SuperRare as a gatekeeper
Jonas: Ethereum um, crypto in general is very permissionless.
That's one of the core values. What I understand from SuperRare is as an artist, I cannot just sign up and I'll just put up my artworks there. You act in that sense as a gatekeeper at the moment. I feel like you want to get rid of that and make it possible for everyone. Is that right? And if so, how do you get there?
Jonathan Perkins: Yeah, you're exactly right. SuperRare started out very exclusive you know, like I said, in the early days we were manually kind of interviewing and onboarding people to be creators. Now we're adding people at a higher volume, but there's still pretty big limitations on how many people we can add over time.
Before talking about where I think it's going, I'll just explain like why that's the case. And so it's easy to say, Oh these jerks they're, you know, trying to exclude these poor artists that just want to make money. There's a couple of things going on.
One is that the whole premise of SuperRare is that it's authentic art, like genuinely created by the creator. You see it listed there and whose wallet you can see, you know, like verify on Etherscan um, and and there have been a few experiments in the NFT space where the barrier to creating NFTs is completely removed and you can literally go create NFTs based on anything you want.
And. It turns out unsurprisingly that people see it as a money minting opportunity and they'll just find other people's cool art and create an NFT about it and trying to sell it. And there's this problem with fraud.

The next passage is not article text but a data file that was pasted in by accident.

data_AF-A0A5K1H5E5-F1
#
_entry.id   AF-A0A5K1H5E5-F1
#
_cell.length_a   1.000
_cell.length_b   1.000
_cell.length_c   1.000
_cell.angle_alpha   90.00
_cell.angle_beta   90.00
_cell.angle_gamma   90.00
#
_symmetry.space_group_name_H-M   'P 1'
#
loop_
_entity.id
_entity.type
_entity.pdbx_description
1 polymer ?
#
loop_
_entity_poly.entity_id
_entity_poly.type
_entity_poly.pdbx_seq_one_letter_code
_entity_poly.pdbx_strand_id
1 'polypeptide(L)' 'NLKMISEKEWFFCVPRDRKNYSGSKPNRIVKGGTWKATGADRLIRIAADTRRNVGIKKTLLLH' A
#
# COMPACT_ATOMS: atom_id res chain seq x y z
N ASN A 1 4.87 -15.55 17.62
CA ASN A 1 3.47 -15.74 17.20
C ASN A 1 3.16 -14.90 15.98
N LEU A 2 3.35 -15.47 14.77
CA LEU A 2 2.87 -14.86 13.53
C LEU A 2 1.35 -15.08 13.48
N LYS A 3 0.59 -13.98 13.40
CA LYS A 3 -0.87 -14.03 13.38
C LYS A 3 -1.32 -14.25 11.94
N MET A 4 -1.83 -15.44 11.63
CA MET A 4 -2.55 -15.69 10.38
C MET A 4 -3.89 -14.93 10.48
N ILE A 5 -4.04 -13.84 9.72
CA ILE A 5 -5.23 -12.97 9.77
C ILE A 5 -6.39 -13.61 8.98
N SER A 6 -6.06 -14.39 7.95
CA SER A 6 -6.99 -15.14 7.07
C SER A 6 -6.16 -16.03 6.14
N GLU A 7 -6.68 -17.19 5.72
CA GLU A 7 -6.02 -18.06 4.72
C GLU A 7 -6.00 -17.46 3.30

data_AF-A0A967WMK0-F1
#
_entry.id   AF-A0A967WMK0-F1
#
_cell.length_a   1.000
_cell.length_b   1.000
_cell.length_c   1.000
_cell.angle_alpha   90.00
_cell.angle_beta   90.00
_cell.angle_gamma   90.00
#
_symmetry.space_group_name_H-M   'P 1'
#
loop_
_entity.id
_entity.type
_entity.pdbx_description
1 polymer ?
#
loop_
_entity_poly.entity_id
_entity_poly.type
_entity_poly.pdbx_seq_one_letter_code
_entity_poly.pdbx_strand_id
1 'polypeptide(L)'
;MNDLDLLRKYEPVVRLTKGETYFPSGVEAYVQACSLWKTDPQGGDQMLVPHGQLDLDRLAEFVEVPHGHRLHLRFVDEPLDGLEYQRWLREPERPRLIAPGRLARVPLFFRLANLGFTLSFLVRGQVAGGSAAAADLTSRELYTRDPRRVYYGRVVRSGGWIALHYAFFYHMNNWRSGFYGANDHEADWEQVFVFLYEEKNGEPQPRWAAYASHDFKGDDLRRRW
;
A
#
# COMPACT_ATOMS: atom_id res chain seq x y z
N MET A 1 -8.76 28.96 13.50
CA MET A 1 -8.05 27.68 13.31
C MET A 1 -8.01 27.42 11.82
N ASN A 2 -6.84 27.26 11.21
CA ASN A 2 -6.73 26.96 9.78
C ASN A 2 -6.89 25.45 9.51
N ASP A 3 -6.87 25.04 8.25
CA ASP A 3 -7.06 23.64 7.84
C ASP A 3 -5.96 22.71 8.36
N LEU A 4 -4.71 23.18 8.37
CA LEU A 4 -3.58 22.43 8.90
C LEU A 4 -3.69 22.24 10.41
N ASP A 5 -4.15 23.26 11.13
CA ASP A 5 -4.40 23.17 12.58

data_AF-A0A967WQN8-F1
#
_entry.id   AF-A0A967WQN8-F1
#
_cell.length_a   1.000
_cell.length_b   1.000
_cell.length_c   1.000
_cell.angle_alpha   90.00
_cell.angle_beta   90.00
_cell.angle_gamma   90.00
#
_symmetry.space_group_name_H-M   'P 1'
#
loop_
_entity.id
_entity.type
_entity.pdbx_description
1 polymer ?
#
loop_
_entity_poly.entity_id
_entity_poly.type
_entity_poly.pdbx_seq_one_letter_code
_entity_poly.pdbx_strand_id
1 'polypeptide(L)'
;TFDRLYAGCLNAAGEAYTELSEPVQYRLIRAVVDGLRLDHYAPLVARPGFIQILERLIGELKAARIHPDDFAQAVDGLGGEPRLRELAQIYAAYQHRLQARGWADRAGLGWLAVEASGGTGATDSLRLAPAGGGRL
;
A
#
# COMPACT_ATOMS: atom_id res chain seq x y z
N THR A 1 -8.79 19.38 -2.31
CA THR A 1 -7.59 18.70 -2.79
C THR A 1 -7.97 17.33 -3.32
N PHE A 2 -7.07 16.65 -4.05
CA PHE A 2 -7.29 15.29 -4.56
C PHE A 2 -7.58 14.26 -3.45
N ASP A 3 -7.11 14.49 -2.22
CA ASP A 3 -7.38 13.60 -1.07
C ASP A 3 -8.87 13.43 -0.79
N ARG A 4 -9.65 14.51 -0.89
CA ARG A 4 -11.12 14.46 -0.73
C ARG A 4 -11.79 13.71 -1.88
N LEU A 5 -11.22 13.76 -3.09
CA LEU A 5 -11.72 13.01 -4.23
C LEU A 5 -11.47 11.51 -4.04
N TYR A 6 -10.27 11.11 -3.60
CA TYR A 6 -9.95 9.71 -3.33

The number one most important thing in this space is to to grow it and bring more collectors in when we started out, there was almost no collector market.
You know, artists were kind of collecting from each other. And there is the sense of what are you trying to sell me here? I can just download this JPEG. There's no market for this stuff. Like why would I pay money for this silly token?
Our hypothesis from the early days is if we maintain a focus on authenticity that you're, yes, this is crazy. It's kind of like buying Bitcoin in 2011 or whatever. But if you like help them understand that this is really revolutionary, this is really genuine. Like you can talk to the artists, they literally mint they took Metamask themselves and like minted this artwork Then you can get a foothold of a real market.
And I think without that focus, we wouldn't have gotten a foothold and there wouldn't really be a real market here.
uh, We're working on doing a number of design changes to scale the platform make it more personalized, make it more curated. So once we make several changes to the platform later this year, then I think the ability to onboard artists at a much higher rate will be, will be possible.
SuperRare as a Gatekeeper follow-up
Jonas: Hmm. Um, but you still have to decide, we let this person on yes or no, it's not like everybody can just become an artist, right? There will I guess always be this kind of gatekeeper functionality, just like a gallery does our museum has to do. I can not just walk into a museum and say, Hey, this is my artwork.
Jonathan Perkins: yeah. I mean but it doesn't always have to be us, you know? It is a tricky problem to solve, but if there are ways to do it , you know, say there's guests or there's areas that are like authenticated by this curator or you know, like it doesn't always have to be the team that's building the software.
Like What we really think we're good at is giving tools to artists and collectors, helping connect people. We're not claiming that we think we're the best curators or anything like that. we're we really trying to foster an ecosystem where, many, many different types of art and tastes can flourish.
And if you think about a platform like Spotify I can listen to heavy metal on Spotify. And then you know, you can listen to piano, jazz on Spotify, but Spotify is neither a place for heavy metal or piano jazz. Like it's, it's, it's a place to go find what you want and connect with the types of art you want to experience.